During the third round the fighters, with their increased grappling, were tiring but both threw knockout-attempting hands, keeping the fans on the edge of their seats. In the end, Larson took the win to move his record to 6-1.
“It was a good fight, he was a tough opponent,” said Dakiti.
“The first round is always the scariest,” shared Larson. “Everyone is the most hesitant. I was just trying to figure him out. I thought he was going to come up with more kicks, but he had more of a boxing stance. I just listened to my corner. They were saying keep the distance and don’t box with him, kickbox with him, so I did. Always listen to your corner.”
The first fight featured Vancouver’s Renee Fung and Victoria’s Michiyo Shew, fighting out of Peterec’s Martial Arts.
Fung took the first round, by landing a few extra jabs and had a little extra authority with her right kick. The second round was similar to the first, however, Fung fought with a little more aggression. Neither kickboxer was landing powerful shots.
Round three saw both fighters turn up the heat. Fung landed a few extra right hands and two right kicks to the head area. Shew kept to her game and got off tactical kicks and punches. It was a close fight, but the decision would go to Shew for the win as she moves to 1-1, while it was Fung’s debut.
Mixed Martial Arts
The first mixed martial arts fight of the night featured Andrew Mavridis of Lloydminster, Sask and Powell River’s Nelson Spreevw.
Mavridis was the superior boxer and took advantage, opening up Spreevw, who showed resilience. He was covered in blood early – he took approximately 15 clean shots to the face, uppercuts, right hooks and left jabs.
Spreevw grabbed Mavridis with an Imanari roll and was nearly successful in saving his fight, the first time, however, Mavridis was ready for the second roll and Spreevw paid for it – the fight was called as a TKO after one full round.
Powell River’s Raphael Ouellet took on Amrite Sekon of Victoria. They both sport a record of 1-1 in MMA
The first round consisted of Sekon holding Ouellet in a full guard for most of the three minutes.
The grappling continued throughout the three rounds, however, Ouellet won by a physical tapout by armbar.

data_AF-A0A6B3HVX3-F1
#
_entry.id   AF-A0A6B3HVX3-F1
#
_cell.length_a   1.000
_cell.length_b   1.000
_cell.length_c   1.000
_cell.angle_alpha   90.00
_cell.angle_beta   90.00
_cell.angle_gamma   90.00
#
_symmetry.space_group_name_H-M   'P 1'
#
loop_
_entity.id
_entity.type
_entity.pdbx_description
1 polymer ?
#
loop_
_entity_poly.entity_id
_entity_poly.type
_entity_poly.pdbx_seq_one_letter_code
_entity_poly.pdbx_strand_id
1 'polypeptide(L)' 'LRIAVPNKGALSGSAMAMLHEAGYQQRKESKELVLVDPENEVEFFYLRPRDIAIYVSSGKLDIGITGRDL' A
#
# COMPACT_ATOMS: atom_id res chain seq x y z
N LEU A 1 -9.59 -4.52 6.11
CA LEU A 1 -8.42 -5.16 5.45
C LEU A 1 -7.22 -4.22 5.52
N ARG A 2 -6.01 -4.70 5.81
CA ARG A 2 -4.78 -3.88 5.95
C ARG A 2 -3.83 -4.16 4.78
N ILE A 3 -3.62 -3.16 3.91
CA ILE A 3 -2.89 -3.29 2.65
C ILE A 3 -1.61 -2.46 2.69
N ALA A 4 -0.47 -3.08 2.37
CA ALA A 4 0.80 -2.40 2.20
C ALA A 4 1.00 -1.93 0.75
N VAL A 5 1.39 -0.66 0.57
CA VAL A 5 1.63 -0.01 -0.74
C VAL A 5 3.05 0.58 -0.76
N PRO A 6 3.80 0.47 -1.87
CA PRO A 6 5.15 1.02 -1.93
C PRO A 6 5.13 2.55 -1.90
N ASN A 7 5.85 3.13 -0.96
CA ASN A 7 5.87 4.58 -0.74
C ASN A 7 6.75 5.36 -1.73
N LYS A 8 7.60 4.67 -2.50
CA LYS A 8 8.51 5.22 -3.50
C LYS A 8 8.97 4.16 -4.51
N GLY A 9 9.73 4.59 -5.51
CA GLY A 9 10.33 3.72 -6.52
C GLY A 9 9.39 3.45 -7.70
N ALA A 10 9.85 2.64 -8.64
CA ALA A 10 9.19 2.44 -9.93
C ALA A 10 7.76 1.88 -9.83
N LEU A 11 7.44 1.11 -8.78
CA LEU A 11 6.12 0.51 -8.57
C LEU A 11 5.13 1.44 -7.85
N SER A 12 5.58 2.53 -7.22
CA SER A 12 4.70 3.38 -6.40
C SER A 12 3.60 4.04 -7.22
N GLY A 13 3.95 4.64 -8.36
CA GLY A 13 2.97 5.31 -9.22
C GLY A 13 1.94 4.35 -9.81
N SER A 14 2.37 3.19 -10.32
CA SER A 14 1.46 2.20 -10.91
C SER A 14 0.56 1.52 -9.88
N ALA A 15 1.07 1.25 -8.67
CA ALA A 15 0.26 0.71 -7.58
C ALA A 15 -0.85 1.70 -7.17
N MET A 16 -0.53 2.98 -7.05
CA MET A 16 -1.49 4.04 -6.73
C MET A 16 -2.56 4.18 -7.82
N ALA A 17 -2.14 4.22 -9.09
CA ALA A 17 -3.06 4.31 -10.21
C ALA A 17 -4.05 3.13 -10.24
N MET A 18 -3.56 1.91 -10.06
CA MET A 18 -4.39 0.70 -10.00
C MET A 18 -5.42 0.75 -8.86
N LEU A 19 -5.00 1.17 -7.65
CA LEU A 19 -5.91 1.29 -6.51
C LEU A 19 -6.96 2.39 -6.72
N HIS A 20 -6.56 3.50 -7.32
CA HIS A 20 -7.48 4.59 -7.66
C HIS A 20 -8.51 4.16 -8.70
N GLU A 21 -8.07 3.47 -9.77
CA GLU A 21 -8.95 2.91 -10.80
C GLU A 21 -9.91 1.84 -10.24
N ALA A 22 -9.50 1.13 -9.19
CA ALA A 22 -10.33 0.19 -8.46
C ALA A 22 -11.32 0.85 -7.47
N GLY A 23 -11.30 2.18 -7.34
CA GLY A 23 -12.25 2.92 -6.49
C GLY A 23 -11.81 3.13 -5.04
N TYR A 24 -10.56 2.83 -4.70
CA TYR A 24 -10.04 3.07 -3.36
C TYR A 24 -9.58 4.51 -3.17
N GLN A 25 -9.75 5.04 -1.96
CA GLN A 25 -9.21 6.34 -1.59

Campbell River’s Jordan Howes (3-2) representing the Heart and Soul Muay Thai Club entered the ring to take on Jason Szakel (4-4) with Peterec’s Kickboxing Club.
The first round was even in terms of blows thrown, however, it appeared that Howes suffered a back injury and at one point dropped to the canvas.
During the second round, Howes threw a spinning back punch that felled Szakel and earned him a standing eight count from referee Mark Pennington. Howes threw a few more straight rights, hard jabs and connected three more times. The knockout appeared to be just a punch away as the round ended.
The two combatants tried in earnest to throw the knockout punch during the third round. Szakel came back with a good flurry of connecting shots midway through the round and that was apparently enough to win him the decision.
Ethan McKenna (0-0) from Langford and James McLeod (0-2) fought the third MMA fight of the evening.
The fight lasted half the round as McLeod threw a relentless set of punches to McKenna’s head who could only cover up in defence; it was enough for the ref, who called the fight.
Lloydminster’s David Callbeck (3-0) took on Victoria’s Paul Kru (2-1). Kru was also relentless from the bell and Callbeck had no answer, but he didn’t seem to be fazed from the barrage of right leg kicks and non-stop punches, in their kickboxing match.
Mark Pennington called the fight at 1:12 of the second round.
At the end of the evening, Lamothe could be seen with a few hundred people around him, some were out of town relatives celebrating others were club mates from his Martial Arts Unlimited. His daughter was very excited that her father was now a world champion kickboxer.
Ring announcer Ken “Hurricane” Himes asked who he would like to recognize, Lamothe said into the public address system microphone, “It starts with my family, first, I could not do this without their support.” His wife was also standing with him in the ring and a few dozen distant relatives and friends were celebrating noisily in the crowd.
Asked what comes next he said, “Whatever I do next will involve me being a professional.”